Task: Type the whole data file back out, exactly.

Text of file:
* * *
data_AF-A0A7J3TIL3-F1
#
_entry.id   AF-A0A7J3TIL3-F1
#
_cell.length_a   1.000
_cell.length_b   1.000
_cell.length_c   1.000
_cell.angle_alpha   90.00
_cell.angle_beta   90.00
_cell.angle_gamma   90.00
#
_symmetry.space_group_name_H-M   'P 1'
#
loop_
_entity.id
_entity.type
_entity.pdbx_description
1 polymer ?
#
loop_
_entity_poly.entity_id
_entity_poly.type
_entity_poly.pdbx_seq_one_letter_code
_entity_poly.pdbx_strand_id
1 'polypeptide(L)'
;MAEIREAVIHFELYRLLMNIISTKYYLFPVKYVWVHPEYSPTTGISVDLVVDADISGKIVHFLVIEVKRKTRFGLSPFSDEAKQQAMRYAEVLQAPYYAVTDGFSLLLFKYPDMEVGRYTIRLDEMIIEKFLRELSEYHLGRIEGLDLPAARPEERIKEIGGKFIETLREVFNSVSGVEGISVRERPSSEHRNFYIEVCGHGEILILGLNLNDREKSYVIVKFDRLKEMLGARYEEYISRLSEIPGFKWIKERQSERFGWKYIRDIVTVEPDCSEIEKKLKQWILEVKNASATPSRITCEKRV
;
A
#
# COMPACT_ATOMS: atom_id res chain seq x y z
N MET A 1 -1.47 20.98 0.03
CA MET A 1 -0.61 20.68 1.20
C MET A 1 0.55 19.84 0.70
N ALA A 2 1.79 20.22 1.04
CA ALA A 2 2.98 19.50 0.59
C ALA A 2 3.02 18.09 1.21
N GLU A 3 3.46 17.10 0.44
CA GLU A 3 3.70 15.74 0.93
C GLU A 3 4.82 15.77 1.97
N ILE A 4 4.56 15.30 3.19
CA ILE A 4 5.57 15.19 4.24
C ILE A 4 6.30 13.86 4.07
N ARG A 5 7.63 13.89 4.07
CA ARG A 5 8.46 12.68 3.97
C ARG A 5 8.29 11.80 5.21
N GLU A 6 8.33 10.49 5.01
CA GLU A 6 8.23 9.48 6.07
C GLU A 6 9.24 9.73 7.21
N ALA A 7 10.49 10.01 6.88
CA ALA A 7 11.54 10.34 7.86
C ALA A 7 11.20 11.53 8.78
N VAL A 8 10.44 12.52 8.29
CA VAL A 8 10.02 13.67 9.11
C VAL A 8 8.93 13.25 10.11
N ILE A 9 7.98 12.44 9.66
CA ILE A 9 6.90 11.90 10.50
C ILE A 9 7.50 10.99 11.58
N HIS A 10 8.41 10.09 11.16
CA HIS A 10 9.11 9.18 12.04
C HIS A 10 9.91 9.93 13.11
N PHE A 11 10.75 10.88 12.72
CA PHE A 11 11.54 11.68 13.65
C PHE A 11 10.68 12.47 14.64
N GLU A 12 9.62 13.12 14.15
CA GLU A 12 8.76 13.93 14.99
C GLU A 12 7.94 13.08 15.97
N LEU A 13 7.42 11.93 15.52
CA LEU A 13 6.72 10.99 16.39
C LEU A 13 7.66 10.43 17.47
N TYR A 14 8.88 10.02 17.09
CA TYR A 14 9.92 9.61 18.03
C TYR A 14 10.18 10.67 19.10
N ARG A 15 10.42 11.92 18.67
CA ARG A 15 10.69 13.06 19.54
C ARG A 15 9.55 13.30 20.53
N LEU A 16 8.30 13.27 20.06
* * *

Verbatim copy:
data_AF-A0A7J3TIL3-F1
#
_entry.id   AF-A0A7J3TIL3-F1
#
_cell.length_a   1.000
_cell.length_b   1.000
_cell.length_c   1.000
_cell.angle_alpha   90.00
_cell.angle_beta   90.00
_cell.angle_gamma   90.00
#
_symmetry.space_group_name_H-M   'P 1'
#
loop_
_entity.id
_entity.type
_entity.pdbx_description
1 polymer ?
#
loop_
_entity_poly.entity_id
_entity_poly.type
_entity_poly.pdbx_seq_one_letter_code
_entity_poly.pdbx_strand_id
1 'polypeptide(L)'
;MAEIREAVIHFELYRLLMNIISTKYYLFPVKYVWVHPEYSPTTGISVDLVVDADISGKIVHFLVIEVKRKTRFGLSPFSDEAKQQAMRYAEVLQAPYYAVTDGFSLLLFKYPDMEVGRYTIRLDEMIIEKFLRELSEYHLGRIEGLDLPAARPEERIKEIGGKFIETLREVFNSVSGVEGISVRERPSSEHRNFYIEVCGHGEILILGLNLNDREKSYVIVKFDRLKEMLGARYEEYISRLSEIPGFKWIKERQSERFGWKYIRDIVTVEPDCSEIEKKLKQWILEVKNASATPSRITCEKRV
;
A
#
# COMPACT_ATOMS: atom_id res chain seq x y z
N MET A 1 -1.47 20.98 0.03
CA MET A 1 -0.61 20.68 1.20
C MET A 1 0.55 19.84 0.70
N ALA A 2 1.79 20.22 1.04
CA ALA A 2 2.98 19.50 0.59
C ALA A 2 3.02 18.09 1.21
N GLU A 3 3.46 17.10 0.44
CA GLU A 3 3.70 15.74 0.93
C GLU A 3 4.82 15.77 1.97
N ILE A 4 4.56 15.30 3.19
CA ILE A 4 5.57 15.19 4.24
C ILE A 4 6.30 13.86 4.07
N ARG A 5 7.63 13.89 4.07
CA ARG A 5 8.46 12.68 3.97
C ARG A 5 8.29 11.80 5.21
N GLU A 6 8.33 10.49 5.01
CA GLU A 6 8.23 9.48 6.07
C GLU A 6 9.24 9.73 7.21
N ALA A 7 10.49 10.01 6.88
CA ALA A 7 11.54 10.34 7.86
C ALA A 7 11.20 11.53 8.78
N VAL A 8 10.44 12.52 8.29
CA VAL A 8 10.02 13.67 9.11
C VAL A 8 8.93 13.25 10.11
N ILE A 9 7.98 12.44 9.66
CA ILE A 9 6.90 11.90 10.50
C ILE A 9 7.50 10.99 11.58
N HIS A 10 8.41 10.09 11.16
CA HIS A 10 9.11 9.18 12.04
C HIS A 10 9.91 9.93 13.11
N PHE A 11 10.75 10.88 12.72
CA PHE A 11 11.54 11.68 13.65
C PHE A 11 10.68 12.47 14.64
N GLU A 12 9.62 13.12 14.15
CA GLU A 12 8.76 13.93 14.99
C GLU A 12 7.94 13.08 15.97
N LEU A 13 7.42 11.93 15.52
CA LEU A 13 6.72 10.99 16.39
C LEU A 13 7.66 10.43 17.47
N TYR A 14 8.88 10.02 17.09
CA TYR A 14 9.92 9.61 18.03
C TYR A 14 10.18 10.67 19.10
N ARG A 15 10.42 11.92 18.67
CA ARG A 15 10.69 13.06 19.54
C ARG A 15 9.55 13.30 20.53
N LEU A 16 8.30 13.27 20.06